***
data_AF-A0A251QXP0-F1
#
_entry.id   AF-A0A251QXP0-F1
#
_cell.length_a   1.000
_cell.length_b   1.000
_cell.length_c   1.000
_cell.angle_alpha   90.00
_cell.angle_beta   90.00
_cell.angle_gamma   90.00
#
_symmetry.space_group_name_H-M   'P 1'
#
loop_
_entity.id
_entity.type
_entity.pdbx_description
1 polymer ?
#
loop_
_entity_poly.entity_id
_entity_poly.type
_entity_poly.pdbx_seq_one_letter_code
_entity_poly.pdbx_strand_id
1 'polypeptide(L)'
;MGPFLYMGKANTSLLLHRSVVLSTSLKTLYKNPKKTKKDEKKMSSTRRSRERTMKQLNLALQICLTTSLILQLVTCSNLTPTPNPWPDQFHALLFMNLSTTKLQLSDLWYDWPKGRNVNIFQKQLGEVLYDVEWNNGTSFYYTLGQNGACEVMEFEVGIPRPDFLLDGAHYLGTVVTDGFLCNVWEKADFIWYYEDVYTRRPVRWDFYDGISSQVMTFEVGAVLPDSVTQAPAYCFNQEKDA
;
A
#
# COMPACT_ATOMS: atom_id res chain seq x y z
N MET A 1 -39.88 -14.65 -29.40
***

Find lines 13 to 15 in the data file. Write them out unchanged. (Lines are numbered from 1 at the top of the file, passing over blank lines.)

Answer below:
#
loop_
_entity.id